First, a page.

The master gowned and spectacled, precise,
Trying to rule by methods firm and kind
But always just a little bit behind
The latest villainy, the last device,

Born of some smoothfaced urchin's fertile brain
To irritate the hapless pedagogue,
And first involve him in a mental fog
Then "have" him with the same old tale again.

The "bogus" fight that brought the sergeant down
To that dark corner by the old brick wall,
Where mimic combat and theatric brawl
Made noise enough to terrify the town.

But on wet days the fray was genuine,
When small boys pushed each other in the mud
And fought in silence till thin streams of blood
Their dirty faces would incarnadine.

The football match or practice in the park
With rampant hoodlums joining in the game
Till on one famous holiday there came
A gang that seized the football for a lark.

Then raged the combat without rest or pause,
Till one, a hero, Hawkins unafraid
Regained the ball, and later on displayed
His nose knocked sideways in his country's cause.

Before the mind quaint visions rise and fall,
Old jokes, old students dead and gone:
And some that lead us still, while some toil on
As rank and file, but "Grammar" children all.

And he, the pilot, who has laid the course
For all to steer by, honest, unafraid —
Truth is his beacon light, so he has made
The name of the old School a living force.



A Motor Courtship

Into her presence he gaily pranced,
A very fat spark, and a bit advanced.

With a Samson tread on the earth he trod,
He was stayed and gaitered, and fifty odd.

And she was a tulip just unfurled,
The sweetest thing in the motor world.

Her body was one of which poets dreamed;
Eighteen — twenty, or so she seemed.

Her air was haughty, her spirit proud,
But properly governed, as all allowed.

"Pity," he said, "my sad condition;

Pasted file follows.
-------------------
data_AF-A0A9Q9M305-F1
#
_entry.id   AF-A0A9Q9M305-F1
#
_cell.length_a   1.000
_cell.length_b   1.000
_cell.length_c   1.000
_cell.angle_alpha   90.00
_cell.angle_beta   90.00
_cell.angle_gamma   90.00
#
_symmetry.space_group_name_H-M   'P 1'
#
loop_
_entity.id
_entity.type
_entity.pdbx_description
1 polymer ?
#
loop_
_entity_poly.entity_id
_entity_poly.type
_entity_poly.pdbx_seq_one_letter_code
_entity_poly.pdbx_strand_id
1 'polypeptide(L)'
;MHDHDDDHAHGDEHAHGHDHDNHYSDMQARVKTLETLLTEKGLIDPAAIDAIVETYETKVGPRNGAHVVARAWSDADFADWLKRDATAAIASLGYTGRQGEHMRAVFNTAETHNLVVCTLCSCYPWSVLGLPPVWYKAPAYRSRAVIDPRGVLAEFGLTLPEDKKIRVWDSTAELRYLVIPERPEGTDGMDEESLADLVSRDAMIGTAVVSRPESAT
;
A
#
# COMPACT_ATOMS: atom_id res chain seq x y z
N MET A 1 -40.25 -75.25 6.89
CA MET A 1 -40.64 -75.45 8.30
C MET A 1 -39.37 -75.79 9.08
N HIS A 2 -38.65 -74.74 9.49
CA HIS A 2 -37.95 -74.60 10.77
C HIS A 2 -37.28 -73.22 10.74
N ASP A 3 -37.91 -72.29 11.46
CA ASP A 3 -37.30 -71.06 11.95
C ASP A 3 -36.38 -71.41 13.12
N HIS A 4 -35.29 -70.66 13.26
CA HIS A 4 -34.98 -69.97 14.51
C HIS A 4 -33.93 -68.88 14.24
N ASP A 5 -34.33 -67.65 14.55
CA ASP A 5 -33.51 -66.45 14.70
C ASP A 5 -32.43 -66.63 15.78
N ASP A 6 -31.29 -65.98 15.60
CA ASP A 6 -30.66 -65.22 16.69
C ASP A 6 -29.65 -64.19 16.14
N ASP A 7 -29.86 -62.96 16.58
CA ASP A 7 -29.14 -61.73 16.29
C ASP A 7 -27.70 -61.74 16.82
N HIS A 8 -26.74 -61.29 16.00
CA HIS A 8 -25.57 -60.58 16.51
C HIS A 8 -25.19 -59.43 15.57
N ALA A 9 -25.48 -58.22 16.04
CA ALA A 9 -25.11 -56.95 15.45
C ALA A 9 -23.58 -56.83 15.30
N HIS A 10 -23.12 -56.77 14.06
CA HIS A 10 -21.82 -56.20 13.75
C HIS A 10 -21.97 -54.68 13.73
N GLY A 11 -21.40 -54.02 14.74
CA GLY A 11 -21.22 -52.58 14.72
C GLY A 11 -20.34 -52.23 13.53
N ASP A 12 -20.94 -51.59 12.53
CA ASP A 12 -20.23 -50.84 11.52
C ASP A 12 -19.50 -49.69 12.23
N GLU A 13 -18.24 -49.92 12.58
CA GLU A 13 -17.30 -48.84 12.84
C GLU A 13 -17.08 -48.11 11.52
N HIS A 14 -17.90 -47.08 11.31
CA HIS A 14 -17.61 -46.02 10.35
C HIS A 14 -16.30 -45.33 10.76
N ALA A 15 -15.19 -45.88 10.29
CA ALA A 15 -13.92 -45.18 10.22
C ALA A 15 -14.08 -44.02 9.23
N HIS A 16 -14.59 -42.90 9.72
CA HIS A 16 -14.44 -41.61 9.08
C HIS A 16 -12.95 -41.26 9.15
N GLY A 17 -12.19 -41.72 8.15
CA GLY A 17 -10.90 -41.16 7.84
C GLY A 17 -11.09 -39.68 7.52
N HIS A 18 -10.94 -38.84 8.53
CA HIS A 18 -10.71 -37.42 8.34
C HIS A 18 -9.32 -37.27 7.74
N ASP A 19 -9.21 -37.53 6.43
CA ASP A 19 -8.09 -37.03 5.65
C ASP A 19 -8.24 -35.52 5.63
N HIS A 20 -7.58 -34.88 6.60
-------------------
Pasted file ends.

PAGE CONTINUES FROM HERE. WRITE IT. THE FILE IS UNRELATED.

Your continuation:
My heart's in a state of advanced ignition.

"Ask me to do some desperate deed,
And I'll do it at once at my topmost speed."

"Sir," said the maiden, "pray be seated;
I fear from your bearing you're somewhat heated.

"And I trust that a timely lubrication
Of throttle will cool your circulation."

As a well-made mixture she indicated,
With joy and gladness he radiated.

"Oh, come," said he, "in this soft spring weather,
Let us run over the world together!"

But she slipped his clutch with a gesture mocking,
"Your heart," she said; "I can hear it knocking.

"You haven't the gear at my pace to last;
Both men and motors — I like them fast.

"And I think that in me you have missed your mission;
You are only an old-style tube-ignition!"

With a sidelong motion he left the place;
For weal or woe he was off his base.

He drove his car to the cliffs of Dover,
Made one short circuit and ran her over.

And the stormy Petrol her rest is taking,
Where only the wild waves do the "brakeing"




The Dam that Keele Built

This is the dam that Keele built.
This is the stream that brought the water to fill the dam that Keele built;

This is the Water and Sewer Brigade,
That measured the stream that brought the water to fill the dam that Keele built;

This is the Engineer by Trade —
Head of the Water and Sewer Brigade,
Who measured the stream that brought the water to fill the dam that Keele built;

These are the Calculations made
By the Eminent Engineer by Trade,
Head of the Water and Sewer Brigade,
Who measured the stream that brought the water to fill the dam that Keele built;

This is the scornful Mr Wade,
Who sneered at the Calculations made
By the Eminent Engineer by Trade,
Head of the Water and Sewer Brigade,
Who measured the stream that brought the water to fill the dam that Keele built;

This is the Minister quite dismayed
At the sight of the Scornful Mr Wade,
Who sneered at the Calculations made
By the Eminent Engineer by Trade,
Head of the Water and Sewer Brigade,
Who measured the stream that brought the water to fill the dam that Keele built;

This is the Sydneyite afraid
That a serious blunder will be made,
Because of the Minister, quite dismayed
At the sight of the Scornful Mr Wade,
Who sneered at the Calculations made
By the Eminent Engineer by Trade,
Head of the Water and Sewer Brigade,
Who measured the stream that brought the water to fill the dam that Keele built.




The Ballad of M. T. Nutt and His Dog

The Honourable M. T. Nutt
About the bush did jog.
Till, passing by a settler's hut,
He stopped and bought a dog.

Then started homewards full of hope,
Alas, that hopes should fail!
The dog pulled back and took the rope
Beneath the horse's tail.

The Horse remarked, "I would be soft
Such liberties to stand!"
"Oh dog," he said, "Go up aloft,
Young man, go on the land!"




The Premier and the Socialist

The Premier and the Socialist
Were walking through the State:
They wept to see the Savings Bank
Such funds accumulate.
"If these were only cleared away,"
They said, "it would be great."
"If three financial amateurs
Controlled them for a year,
Do you suppose," the Premier said,